The relationship between trade and conflicts between countries in South Asia is important to examine because of the rising prominence of this region of the world. Security issues are of utmost concern when considering the damaging effects that armed... Read Article »
2012, Vol. 4 No. 04
Russia and Iran have a long history of being geographic neighbours, rivals, competitors and partners - a history which has coined mutual expectations, stereotypes and interactions. Still present in the Iranian collective memory, Tsarist Russia expanded... Read Article »
2011, Vol. 3 No. 09
By T D
My living room piano speaks loudly through its stillness. Drawn to the haunting beauty of its polished black wood, visitors would constantly inquire about the dust on its keys. As its former player, I was expected to replace the quiet with a symphony... Read Article »
2011, Vol. 3 No. 08
One of the fastest growing medical phenomena is that of human euthanAsia. No matter what the argument or the entity involved, the common question seems to be whether or not the act of human euthanAsia is an ethically acceptable practice. Frequently... Read Article »
2011, Vol. 3 No. 05
Despite the increasing number of states that have ratified binding international human rights treaties, human rights abuses continue unabated. The persistence of rights abuses cast doubt on the efficacy of human rights treaties. This paper empirically... Read Article »
2011, Vol. 4 No. 2
Seymour Martin Lipset's, "the more well-to-do a nation, the greater chances that it will sustain democracy,"1 has set off over five decades of intense debate over the conditions most conducive to democratic transition and establishment. Variations... Read Article »
2011, Vol. 3 No. 04
The Islamic Republic of Iran today sits at the crossroads of Asia between the Middle East and Central Asia. This inherently places it in very close proximity to over half of the world's known energy reserves both in the form of petroleum and natural... Read Article »
2010, Vol. 4 No. 1
Drawing from the concept of national identity in the Constructivist School of International Relations, this paper sheds light on the interaction between identity politics and pan-Asian regionalist vision in South Korea today by examining how competing... Read Article »
2010, Vol. 2 No. 06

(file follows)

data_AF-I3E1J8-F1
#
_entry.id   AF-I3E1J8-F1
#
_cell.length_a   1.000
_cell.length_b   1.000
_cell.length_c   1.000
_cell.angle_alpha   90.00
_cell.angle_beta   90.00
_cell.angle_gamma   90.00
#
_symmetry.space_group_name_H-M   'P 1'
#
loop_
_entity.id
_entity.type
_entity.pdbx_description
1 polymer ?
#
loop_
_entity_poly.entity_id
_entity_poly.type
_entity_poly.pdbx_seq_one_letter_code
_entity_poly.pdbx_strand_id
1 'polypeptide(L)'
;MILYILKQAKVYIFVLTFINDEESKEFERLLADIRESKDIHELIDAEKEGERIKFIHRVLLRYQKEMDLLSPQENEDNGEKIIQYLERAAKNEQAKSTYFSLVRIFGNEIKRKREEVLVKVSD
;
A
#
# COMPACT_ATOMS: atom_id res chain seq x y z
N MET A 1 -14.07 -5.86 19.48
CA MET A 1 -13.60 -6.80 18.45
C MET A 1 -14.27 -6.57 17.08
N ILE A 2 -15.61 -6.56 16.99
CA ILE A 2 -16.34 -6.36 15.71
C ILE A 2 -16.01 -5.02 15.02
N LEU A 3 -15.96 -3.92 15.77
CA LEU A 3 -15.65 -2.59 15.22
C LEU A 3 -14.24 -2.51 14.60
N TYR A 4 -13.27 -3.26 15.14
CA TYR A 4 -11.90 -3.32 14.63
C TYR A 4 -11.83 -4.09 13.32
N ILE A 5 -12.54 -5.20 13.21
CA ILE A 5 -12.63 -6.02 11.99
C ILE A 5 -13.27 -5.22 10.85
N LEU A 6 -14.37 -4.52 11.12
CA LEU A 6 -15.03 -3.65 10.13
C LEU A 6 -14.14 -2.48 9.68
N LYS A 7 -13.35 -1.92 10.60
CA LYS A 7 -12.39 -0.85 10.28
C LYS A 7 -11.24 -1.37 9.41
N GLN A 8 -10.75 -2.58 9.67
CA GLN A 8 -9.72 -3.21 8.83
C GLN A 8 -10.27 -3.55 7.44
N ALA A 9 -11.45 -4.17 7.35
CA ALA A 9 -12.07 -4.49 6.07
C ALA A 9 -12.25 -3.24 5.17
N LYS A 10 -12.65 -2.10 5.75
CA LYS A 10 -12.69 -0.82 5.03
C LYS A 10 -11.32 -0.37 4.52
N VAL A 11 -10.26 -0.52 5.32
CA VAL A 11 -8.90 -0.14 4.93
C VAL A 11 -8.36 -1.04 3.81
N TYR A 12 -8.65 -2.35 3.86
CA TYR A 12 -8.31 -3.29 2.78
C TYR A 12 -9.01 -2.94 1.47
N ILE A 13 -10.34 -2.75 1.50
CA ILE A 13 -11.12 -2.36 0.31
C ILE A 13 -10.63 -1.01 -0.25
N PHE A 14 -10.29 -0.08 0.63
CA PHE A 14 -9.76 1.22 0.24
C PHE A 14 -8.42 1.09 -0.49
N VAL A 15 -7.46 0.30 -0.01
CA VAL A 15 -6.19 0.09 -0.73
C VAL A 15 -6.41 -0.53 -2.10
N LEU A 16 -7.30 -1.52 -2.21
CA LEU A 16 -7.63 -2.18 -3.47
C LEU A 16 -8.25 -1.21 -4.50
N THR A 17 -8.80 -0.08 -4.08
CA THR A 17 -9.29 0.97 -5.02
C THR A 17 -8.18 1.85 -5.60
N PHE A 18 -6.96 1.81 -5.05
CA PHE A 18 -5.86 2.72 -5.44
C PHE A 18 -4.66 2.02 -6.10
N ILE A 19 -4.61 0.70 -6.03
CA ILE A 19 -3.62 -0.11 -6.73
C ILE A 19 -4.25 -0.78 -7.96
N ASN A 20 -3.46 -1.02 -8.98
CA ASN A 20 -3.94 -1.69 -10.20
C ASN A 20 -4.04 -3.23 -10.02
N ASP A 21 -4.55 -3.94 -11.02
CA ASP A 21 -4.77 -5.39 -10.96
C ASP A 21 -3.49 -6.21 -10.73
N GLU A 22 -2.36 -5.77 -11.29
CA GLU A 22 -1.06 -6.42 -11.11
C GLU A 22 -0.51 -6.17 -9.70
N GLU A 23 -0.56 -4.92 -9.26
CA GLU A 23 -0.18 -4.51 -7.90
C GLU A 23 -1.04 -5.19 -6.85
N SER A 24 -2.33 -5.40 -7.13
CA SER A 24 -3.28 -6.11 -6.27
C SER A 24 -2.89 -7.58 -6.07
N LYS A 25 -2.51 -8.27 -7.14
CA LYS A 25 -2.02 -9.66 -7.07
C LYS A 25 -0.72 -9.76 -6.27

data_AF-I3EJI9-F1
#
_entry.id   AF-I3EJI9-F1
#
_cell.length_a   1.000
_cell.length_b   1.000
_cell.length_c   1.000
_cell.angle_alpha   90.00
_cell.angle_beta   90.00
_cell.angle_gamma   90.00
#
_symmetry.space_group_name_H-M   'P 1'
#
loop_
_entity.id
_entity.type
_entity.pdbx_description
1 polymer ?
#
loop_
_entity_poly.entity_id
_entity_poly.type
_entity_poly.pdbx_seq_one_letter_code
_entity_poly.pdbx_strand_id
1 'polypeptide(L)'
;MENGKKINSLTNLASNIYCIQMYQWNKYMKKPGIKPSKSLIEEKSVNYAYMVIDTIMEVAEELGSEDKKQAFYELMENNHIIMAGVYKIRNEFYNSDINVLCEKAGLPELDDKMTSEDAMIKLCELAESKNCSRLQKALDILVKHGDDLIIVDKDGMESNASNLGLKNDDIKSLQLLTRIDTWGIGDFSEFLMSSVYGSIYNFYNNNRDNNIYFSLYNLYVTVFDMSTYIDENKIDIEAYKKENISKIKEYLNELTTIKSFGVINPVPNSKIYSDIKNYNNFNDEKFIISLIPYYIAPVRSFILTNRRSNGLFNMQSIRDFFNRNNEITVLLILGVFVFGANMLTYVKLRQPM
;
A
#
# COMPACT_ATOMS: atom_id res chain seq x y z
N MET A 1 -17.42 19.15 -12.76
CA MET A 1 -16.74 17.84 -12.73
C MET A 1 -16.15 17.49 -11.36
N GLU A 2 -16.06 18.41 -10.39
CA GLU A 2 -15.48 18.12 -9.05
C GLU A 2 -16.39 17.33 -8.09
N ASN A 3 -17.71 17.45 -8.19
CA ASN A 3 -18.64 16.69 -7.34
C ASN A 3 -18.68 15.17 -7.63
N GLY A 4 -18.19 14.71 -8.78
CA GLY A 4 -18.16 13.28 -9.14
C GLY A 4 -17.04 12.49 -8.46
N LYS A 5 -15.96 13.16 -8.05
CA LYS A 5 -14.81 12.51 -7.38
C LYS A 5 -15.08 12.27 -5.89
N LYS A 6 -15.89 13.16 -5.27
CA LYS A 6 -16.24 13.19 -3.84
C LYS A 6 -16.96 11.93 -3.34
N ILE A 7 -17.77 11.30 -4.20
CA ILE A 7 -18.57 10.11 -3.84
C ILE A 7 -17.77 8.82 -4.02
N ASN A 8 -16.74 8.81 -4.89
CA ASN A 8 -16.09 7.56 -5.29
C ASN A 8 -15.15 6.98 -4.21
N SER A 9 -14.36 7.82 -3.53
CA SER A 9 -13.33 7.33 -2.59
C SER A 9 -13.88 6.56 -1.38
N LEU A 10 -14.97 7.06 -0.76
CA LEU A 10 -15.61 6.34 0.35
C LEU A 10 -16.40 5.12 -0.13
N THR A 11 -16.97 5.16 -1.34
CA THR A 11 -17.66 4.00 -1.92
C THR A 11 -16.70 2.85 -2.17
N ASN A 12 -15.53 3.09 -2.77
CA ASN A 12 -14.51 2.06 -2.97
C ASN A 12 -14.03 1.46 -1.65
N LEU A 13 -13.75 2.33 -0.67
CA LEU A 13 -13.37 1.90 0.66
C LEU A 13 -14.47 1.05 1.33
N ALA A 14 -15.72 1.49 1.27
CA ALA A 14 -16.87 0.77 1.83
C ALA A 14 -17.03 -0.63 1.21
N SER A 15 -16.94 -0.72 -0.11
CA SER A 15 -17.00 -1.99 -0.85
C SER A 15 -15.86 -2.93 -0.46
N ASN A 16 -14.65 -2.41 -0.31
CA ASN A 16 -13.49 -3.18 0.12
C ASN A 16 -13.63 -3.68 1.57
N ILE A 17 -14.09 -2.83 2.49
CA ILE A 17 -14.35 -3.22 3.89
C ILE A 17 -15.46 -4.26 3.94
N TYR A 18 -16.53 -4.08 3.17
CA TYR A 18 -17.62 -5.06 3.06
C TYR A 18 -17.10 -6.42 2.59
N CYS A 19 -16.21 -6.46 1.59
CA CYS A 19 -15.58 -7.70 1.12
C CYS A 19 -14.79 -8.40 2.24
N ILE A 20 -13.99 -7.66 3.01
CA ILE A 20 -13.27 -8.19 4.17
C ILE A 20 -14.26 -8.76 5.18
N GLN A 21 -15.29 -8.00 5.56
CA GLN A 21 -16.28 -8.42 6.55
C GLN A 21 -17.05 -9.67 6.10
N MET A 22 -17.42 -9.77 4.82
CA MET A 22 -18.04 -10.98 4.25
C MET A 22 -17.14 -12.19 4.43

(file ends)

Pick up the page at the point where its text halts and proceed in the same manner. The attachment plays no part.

If Japan was a person, it would be an exceptionally wealthy yet rapidly aging individual, who, for two decades, had been struck by illness. One might therefore find it unexpected for this person to be busily working on constructing the new face... Read Article »
2010, Vol. 2 No. 02
In “Amor de lejos: Latino (Im)migration Literatures,” B.V. Olguin writes, “Latino/a (im)migration narratives…often illustrate the traumatic aspects of displacement by focusing in part on how immigration, migration, exile... Read Article »
2010, Vol. 2 No. 02
Anne Fadiman’s The Spirit Catches You and You Fall Down: A Hmong Child, Her American Doctors, and the Collision of Two Cultures is a non-fiction exploration of culture and medicine that tells the tragic story of the Lee family and their daughter... Read Article »
2009, Vol. 1 No. 10
Language use is a major factor in defining one’s cultural identity. People learn slang, lingo, jargon, idiomatic phrases, and other language tools, and with them participate in a cultural, social environment in which they can thrive. For ethnic... Read Article »
2009, Vol. 1 No. 10
Nearly eight years into the war, the security situation in Afghanistan appears to be deteriorating at an increasingly fast past. Areas that were previously secured have been retaken by militants; significant increases in civilian casualties, caused... Read Article »
2008, Vol. 1 No. 2
South Asia is not in itself the primary zone of interest of China. However, China has since long used the region’s dynamics to achieve some of its most important strategic goals. Moreover, since India wishes to establish “its rightful... Read Article »